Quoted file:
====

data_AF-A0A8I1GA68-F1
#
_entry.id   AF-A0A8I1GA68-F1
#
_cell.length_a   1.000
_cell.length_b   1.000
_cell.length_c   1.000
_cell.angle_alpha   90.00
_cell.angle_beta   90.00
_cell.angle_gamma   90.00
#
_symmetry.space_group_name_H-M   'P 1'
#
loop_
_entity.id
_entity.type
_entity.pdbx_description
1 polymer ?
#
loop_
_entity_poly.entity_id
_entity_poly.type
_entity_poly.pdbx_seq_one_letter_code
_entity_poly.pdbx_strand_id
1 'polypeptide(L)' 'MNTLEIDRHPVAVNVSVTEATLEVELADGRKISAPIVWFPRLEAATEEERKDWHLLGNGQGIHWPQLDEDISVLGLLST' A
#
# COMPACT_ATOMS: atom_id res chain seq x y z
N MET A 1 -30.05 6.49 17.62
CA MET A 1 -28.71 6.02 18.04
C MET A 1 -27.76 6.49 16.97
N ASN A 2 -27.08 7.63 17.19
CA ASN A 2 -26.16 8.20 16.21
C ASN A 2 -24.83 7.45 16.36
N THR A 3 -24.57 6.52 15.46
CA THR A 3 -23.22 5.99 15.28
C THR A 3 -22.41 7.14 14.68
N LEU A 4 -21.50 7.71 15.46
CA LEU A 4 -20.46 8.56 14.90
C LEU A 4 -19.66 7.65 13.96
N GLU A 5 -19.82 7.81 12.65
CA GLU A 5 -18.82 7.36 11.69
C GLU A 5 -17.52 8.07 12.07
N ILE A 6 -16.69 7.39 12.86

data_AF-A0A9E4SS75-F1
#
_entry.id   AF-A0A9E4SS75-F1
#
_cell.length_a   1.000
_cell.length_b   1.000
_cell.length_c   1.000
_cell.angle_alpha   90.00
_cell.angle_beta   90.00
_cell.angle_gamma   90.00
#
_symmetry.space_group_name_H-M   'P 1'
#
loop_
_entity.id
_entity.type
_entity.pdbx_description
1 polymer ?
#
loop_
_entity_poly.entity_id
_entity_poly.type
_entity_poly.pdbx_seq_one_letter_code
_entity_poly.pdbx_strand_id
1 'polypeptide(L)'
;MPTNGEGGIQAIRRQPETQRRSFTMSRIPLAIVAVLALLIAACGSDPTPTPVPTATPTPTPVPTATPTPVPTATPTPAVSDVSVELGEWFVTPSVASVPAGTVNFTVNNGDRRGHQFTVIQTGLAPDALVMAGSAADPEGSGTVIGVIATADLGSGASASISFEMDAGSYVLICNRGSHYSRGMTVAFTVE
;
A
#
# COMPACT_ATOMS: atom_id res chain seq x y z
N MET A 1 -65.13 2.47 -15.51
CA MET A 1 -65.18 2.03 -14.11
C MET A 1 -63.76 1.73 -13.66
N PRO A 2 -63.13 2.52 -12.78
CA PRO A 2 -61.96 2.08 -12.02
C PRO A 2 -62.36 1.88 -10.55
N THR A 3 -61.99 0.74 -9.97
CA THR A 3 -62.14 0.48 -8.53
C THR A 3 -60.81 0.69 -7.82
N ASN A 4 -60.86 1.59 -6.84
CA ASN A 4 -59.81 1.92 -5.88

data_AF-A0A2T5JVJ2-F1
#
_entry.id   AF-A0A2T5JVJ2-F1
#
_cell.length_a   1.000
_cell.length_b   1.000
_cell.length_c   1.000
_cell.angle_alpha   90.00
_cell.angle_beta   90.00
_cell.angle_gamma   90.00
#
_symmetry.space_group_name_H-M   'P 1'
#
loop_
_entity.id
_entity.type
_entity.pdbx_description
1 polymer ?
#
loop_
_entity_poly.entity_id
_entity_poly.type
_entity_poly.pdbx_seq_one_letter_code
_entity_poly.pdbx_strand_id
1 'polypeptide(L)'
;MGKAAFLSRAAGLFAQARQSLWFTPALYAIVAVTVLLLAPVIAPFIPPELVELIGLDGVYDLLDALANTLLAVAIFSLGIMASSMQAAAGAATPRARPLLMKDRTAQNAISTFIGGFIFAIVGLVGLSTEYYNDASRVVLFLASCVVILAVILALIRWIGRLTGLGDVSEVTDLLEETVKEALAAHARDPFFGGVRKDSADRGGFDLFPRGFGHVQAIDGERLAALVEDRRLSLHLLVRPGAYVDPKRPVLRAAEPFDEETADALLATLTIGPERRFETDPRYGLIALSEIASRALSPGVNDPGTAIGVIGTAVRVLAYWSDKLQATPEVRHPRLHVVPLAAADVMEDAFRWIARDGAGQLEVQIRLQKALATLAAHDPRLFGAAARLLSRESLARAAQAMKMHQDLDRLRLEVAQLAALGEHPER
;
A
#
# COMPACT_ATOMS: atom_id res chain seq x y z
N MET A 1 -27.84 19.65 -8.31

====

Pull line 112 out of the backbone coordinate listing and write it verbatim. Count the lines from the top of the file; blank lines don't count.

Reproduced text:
A